Along with typography, color, and texture, image style is one of the central elements of a brand’s visual identity. This is especially true on a website, where images have a huge impact on the user experience.
Illustrations are an always-popular choice for website imagery. There are a few reasons why brands choose this style over other options:
✅ Unlike stock photos, illustrations can be made completely custom (so you know no other brands are using the same images).
✅ Unlike custom photography, illustrations can be created remotely (which is especially important post-COVID).
✅ Unlike product images, illustrations don’t become outdated when the product changes or the UX gets updated.
Unfortunately, website illustrations have gotten kind of a bad rap over the past few years. That’s because of one specific style that was suddenly everywhere in the software, tech, and startup space. That style, since dubbed “Corporate Memphis”, has become something of a joke in the designer-verse.
I'm a bit obsessed with Corporate Memphis at the moment. It's that very flat style of illustration you see EVERYWHERE - all bendy arms, stuff built out of shapes, featureless faces. Stuff like this. pic.twitter.com/uwgyosbRoQ— Jack Hurley (@loudribs) June 25, 2020
For research purposes I am trying very hard to fall in love with a Corporate Memphis Woman the way some lonely young men fall in love with anime girls. pic.twitter.com/f1Yk0TWnkL— TrueAnon (@TrueAnonPod) July 17, 2021
Notably, many of the brands that were early adopters of this trend (Airtable, Zendesk, Asana, Hinge) have moved on to more photography-focused website styles.
At Salted Stone, we’ve helped hundreds of companies redesign their websites and improve their brands’ visual identities without falling into the traps of clichés and trends. In this article, I’ll explain our process for choosing an illustration style, and share four styles we still love in 2022.
How to choose a website illustration style
Design decision should always be born from the brand identity or story. The wrong illustration style can muddle or even degrade the personality of the brand if not chosen intentionally.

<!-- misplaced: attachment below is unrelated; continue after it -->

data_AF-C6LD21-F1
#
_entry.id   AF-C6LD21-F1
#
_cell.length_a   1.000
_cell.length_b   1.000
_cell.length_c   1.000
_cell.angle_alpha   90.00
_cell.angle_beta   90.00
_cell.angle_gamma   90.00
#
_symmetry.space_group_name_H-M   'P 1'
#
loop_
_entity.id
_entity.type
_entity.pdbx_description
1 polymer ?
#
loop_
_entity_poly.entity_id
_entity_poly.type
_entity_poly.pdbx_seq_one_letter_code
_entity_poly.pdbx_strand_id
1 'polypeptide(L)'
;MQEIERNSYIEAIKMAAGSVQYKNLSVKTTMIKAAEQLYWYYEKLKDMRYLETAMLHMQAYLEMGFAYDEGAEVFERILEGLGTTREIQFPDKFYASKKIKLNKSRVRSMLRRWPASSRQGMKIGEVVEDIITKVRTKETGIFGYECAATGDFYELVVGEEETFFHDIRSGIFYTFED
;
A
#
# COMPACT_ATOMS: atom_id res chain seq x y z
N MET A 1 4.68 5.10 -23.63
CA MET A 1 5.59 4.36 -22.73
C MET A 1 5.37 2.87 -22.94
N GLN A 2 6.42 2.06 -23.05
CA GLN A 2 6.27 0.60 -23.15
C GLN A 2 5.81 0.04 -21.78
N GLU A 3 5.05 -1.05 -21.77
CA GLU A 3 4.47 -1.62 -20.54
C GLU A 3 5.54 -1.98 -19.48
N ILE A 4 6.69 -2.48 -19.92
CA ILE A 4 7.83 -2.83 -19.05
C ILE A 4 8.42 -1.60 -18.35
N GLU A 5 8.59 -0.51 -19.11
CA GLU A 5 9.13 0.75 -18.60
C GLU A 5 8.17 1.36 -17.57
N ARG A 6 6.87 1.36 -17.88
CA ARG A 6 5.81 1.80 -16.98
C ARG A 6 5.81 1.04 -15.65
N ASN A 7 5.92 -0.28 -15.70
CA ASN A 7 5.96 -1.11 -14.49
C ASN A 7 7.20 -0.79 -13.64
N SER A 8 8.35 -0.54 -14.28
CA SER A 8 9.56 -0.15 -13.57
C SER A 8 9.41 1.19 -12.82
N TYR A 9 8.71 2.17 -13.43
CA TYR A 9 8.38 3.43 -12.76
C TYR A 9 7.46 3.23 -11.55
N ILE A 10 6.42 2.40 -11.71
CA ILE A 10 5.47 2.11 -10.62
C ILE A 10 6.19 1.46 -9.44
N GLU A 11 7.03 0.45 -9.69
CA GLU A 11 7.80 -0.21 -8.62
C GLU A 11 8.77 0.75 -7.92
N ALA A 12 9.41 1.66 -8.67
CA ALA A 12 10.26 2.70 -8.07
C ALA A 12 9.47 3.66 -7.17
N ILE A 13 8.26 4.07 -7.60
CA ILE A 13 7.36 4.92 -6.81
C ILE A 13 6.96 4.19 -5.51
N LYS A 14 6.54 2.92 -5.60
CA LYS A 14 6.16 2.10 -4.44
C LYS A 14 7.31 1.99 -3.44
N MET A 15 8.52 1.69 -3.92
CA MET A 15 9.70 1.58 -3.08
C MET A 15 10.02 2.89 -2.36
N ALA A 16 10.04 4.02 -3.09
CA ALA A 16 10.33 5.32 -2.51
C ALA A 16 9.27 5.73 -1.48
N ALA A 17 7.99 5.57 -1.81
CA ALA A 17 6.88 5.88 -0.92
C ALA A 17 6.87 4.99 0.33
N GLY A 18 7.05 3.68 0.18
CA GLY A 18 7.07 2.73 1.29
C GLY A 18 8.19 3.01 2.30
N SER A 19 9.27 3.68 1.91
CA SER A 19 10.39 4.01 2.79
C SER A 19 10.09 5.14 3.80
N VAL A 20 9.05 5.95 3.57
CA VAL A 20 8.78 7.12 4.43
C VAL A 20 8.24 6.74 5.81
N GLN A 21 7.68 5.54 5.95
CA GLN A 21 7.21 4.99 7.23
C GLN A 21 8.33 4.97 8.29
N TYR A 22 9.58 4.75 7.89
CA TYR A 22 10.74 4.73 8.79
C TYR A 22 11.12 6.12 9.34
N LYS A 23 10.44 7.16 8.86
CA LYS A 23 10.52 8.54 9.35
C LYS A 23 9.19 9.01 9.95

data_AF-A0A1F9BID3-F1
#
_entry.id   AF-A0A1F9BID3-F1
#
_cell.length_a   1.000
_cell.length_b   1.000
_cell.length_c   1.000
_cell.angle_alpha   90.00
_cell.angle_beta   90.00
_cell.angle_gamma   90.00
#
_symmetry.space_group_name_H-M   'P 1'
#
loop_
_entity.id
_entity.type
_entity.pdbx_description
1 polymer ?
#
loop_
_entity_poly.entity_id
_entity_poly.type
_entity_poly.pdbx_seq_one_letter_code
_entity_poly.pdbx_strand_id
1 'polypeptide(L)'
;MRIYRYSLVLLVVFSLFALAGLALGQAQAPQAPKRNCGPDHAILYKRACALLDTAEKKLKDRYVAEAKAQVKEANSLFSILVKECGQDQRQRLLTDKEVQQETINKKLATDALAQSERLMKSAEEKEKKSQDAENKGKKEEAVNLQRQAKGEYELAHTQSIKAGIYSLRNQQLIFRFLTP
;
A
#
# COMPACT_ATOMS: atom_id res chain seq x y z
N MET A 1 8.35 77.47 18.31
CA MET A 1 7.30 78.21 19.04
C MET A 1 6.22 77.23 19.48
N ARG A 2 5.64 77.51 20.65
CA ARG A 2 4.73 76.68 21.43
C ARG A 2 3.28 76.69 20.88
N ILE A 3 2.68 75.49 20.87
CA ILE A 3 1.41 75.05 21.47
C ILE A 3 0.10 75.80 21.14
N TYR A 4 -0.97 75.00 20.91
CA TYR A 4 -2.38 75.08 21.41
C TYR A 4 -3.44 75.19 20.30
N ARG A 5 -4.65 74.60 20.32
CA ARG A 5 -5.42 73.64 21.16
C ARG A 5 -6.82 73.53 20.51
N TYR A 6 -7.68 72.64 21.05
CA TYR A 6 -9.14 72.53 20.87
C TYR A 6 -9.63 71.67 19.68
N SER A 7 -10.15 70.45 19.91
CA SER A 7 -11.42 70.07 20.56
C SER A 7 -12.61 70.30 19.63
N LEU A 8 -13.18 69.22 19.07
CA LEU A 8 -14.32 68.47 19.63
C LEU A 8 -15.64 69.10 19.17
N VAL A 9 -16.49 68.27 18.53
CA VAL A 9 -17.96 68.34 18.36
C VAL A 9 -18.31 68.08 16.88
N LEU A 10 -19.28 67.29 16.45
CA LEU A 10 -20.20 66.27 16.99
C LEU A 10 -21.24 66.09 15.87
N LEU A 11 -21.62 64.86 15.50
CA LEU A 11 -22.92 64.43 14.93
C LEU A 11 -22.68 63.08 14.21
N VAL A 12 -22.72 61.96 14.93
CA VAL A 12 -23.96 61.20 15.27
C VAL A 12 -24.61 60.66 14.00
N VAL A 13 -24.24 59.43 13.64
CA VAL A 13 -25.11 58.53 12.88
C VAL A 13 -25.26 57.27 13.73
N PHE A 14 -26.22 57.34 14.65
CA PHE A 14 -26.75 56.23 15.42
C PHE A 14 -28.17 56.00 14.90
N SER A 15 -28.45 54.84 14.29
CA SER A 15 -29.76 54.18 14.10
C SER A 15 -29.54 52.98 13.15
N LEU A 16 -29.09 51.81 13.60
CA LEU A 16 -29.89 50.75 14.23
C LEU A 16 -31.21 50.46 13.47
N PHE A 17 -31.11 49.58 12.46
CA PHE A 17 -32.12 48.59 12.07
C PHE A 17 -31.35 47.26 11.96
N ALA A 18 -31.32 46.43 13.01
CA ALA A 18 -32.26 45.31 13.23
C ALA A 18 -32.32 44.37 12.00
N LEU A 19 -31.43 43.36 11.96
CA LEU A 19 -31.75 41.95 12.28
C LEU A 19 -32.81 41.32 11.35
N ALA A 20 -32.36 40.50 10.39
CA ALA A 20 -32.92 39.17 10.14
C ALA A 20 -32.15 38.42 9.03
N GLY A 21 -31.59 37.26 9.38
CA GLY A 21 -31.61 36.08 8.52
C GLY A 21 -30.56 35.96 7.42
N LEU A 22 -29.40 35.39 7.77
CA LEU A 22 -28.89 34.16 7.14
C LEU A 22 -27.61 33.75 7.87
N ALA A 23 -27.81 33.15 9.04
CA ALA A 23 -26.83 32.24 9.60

To help with this process, we'll usually start with a moodboard — a collection of images from around the web that enables us to triangulate what works with the brand personality and what doesn't
When discussing the moodboard, we guide the conversation to focus on a few key factors that will help us narrow down the possibilities. These are:
Concept and content: What’s the idea behind the illustrations? What do they need to depict? Should they represent your product? The people using it? Both? Are we going for realistic images, or abstract ones?
Execution: How will the illustrations be used? Where will they live on the website? What types of content will they be accompanying? Are we using a mix of styles, or just one? Do we need to create multiple versions of recurring elements? Will any of the illustrations need to be animated?
Brand attributes: What key words describe your brand voice and identity? If your messaging is bold and powerful, do we want bold and powerful illustrations to go with it?
4 website illustration styles we love
We create each brand’s moodboard based on everything we know about them, so every one is different. But for illustrative purposes (pun intended), here are a few styles we might include:
Style 1: Line work
A minimal and mostly monochromatic style that preserves negative space. Color is introduced to highlight specific information or brand elements.
This style is effective for isolating certain elements, or exhibiting a lot of information in a clean way — perfect for tech-based brands that want to create a feeling of precision. It's also a good choice if you're looking to add some subtle animation (e.g. elements that move on scroll).
Image source: BTR Energy
Image source: Highcourt
Image source: Bloom
Style 2: Clean, colorful, poppy
A modern and lively style, great for brands with “bold” personalities. This style is effective for adding some additional life or movement into the page, and is usually detailed enough to pull out specific elements or graphic motifs for later use.
Because these elements are shape-based, they can be saved as scalable vector graphics (SVGs) — which means they'll remain clean and crisp at any scale.
Image source: Zoe Pepper
Image source: Cacao 70
Style 3: Textured and dimensional
A more detailed style that includes painterly or "hand-drawn" elements that help with perspective and depth. Great for brands with “artistic” or “creative” personalities.
This style is effective in combining the digital presence of a brand with a more organic feeling. It also provides an opportunity to expand color palettes, as the multi-dimensional quality allows for more color variation.
Image source: Energizou
Image source: Treecard
Style 4: Isometric
A calculated and informational style. Although it’s been around a long time, this style remains effective in displaying information clearly and cleanly. It’s useful in situations where connectivity is an important element, but can be limiting in its applications.
Image source: Wrk
Image source: Wired Avenue
Need help choosing an illustration style for your brand?
Before you redesign your website, contact Salted Stone to get started with a visual identity workshop.